As the New Year approaches, sports networks, magazines and other media have aired, printed and posted their perspectives on the major sports events of 2013. I have already watched a good number of these reviews and they tend to follow a similar pattern, highlighting amazing plays, last-second on-field heroics, scandals, notable terminations, lawsuits, championships won and lives lost. No matter how many I have seen, I find it difficult to change the channel when I come across one. Maybe I like these reviews because I am amazed by the number of things I have forgotten. Just when I think a “year in review” program has nothing new to show me, I have an “Oh yeah, I forgot about that” moment. I forgot, for example, Adam Scott winning the Masters in sudden death; Novak Djokavic’s Australian Open win; the name of Manti Teo’s fictional girlfriend; and all the attention surrounding Lance Armstrong’s public relations demise at the beginning of the year. I come away struck by how the facts of what happened during the year can differ from what I remembered. From a human resources perspective, the end of the year is a good time to conduct a “year in review” of your organization. Thoughtful reflection of positive and negative events can be helpful in guiding you to a successful 2014. More specifically:
- Think about the successes the company experienced and what led to them.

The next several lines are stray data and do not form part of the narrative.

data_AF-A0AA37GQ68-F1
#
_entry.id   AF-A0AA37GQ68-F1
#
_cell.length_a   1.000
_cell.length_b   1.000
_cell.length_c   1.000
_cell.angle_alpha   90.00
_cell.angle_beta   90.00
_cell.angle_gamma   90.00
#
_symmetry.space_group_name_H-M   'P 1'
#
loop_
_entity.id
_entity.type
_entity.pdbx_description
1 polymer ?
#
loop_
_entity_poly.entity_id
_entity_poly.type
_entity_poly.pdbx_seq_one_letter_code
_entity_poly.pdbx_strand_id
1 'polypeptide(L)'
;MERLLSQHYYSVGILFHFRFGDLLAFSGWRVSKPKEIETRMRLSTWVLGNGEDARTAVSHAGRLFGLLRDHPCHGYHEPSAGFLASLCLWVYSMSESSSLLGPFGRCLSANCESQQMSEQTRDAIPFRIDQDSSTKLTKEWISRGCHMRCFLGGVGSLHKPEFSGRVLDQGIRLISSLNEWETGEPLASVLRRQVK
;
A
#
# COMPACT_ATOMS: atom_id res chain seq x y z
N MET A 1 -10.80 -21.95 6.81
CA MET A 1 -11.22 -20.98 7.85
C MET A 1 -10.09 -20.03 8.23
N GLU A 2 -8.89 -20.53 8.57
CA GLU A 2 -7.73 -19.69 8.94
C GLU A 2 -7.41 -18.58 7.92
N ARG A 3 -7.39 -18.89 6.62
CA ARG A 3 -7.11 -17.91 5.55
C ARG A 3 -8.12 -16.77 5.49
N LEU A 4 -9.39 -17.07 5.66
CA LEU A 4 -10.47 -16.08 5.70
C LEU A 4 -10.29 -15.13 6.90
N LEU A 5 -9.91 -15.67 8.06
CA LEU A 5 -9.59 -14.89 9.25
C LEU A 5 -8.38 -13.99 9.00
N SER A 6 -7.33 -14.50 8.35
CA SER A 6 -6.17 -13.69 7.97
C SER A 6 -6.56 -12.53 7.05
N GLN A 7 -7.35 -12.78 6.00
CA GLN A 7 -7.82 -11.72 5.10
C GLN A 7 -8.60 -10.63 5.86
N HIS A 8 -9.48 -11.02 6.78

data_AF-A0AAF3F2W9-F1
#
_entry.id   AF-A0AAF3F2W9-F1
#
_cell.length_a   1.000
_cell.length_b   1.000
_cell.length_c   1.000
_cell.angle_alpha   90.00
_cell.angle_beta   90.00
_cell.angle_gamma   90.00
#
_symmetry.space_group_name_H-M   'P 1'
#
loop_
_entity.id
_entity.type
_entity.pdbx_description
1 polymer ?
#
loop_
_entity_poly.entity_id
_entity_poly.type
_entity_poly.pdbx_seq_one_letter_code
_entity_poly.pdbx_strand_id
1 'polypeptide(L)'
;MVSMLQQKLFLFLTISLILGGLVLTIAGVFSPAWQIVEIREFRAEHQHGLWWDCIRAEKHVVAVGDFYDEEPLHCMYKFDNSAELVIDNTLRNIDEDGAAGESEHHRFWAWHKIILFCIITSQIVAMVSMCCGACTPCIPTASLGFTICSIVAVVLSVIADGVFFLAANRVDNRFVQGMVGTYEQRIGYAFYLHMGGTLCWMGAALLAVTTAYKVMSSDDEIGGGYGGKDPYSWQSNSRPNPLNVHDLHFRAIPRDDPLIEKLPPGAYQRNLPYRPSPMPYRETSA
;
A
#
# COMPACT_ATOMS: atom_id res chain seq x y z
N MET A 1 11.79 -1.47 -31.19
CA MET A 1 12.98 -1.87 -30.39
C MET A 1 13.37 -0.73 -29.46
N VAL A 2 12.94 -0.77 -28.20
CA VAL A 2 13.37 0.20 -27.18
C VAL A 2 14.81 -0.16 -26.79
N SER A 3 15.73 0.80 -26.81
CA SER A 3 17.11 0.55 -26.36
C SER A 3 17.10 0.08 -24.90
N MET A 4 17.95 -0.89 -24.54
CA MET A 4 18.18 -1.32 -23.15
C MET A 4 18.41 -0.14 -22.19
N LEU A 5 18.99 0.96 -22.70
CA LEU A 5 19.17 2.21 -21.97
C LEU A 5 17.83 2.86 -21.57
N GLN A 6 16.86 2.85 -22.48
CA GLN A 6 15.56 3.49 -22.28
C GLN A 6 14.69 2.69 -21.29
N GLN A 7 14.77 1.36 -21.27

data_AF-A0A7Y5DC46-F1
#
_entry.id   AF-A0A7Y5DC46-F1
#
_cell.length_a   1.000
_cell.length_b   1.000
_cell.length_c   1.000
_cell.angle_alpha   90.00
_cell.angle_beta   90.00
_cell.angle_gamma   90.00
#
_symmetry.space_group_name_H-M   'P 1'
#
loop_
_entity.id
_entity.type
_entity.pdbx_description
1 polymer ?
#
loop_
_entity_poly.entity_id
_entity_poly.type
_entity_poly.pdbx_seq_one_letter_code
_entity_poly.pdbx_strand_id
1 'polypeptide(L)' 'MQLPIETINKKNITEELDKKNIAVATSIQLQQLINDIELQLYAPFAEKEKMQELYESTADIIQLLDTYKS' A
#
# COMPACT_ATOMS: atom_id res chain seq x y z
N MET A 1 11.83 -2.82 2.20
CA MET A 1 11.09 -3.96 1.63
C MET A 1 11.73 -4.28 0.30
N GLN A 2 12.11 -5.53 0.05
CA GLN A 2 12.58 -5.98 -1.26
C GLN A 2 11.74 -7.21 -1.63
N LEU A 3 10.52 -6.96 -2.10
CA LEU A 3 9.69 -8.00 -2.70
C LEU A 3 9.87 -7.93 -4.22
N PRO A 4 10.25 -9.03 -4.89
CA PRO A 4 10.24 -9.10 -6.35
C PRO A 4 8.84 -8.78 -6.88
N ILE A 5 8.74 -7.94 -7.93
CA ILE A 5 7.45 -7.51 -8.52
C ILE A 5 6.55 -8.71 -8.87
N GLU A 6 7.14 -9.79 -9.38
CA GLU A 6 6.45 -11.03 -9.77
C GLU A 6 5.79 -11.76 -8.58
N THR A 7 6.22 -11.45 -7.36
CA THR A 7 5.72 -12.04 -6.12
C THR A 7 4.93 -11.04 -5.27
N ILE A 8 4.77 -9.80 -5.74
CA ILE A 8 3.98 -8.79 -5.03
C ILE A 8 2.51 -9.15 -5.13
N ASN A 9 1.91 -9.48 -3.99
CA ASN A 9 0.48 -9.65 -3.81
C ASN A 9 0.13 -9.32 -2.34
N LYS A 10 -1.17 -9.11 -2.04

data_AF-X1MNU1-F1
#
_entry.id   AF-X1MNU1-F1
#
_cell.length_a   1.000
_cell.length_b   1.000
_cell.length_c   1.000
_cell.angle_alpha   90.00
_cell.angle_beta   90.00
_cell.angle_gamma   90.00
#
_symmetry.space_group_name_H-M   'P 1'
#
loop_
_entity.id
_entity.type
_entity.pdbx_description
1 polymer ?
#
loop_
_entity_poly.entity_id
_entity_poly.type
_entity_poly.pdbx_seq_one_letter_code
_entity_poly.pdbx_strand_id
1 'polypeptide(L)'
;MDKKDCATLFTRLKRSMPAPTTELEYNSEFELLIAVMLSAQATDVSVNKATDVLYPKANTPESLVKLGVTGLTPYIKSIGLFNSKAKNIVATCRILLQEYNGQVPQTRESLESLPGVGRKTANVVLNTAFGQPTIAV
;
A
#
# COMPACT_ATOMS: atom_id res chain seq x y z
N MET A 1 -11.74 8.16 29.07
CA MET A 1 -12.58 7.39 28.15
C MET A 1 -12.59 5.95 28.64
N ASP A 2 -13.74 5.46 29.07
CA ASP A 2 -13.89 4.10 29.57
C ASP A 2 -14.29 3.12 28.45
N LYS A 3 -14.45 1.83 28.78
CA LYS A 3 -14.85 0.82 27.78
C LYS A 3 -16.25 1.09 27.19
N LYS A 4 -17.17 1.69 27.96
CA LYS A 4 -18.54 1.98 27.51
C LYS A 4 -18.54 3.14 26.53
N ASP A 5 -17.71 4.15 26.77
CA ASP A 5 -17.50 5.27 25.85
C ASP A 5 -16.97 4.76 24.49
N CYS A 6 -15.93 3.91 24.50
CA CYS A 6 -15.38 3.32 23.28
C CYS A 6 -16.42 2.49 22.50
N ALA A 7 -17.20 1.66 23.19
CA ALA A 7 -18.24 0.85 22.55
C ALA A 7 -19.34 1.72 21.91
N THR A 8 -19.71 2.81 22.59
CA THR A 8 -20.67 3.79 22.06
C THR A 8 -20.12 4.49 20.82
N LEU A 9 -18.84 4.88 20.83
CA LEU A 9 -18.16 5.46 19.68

- Recall the good and/or bad hiring decisions that impacted your year. Consider whether you need to change your interview and screening processes. Do you need to conduct background checks? If you conduct background checks are they compliant with EEOC guidelines and the Fair Credit Reporting Act?
- Review your workforce’s strengths and weaknesses. Do you have the right team and depth to drive growth and success?
- Analyze the reasons why an EEOC Charge of Discrimination may have been filed or why a Department of Labor investigation was launched.
- Think about what you need to change to make sure you win the next unemployment hearing.
- Review your policies and procedures and make changes where necessary to be compliant with workplace laws and/or address the loopholes that may have been discovered the hard way.
- Implement or modify restrictive covenant agreements to protect your business from unfair competition.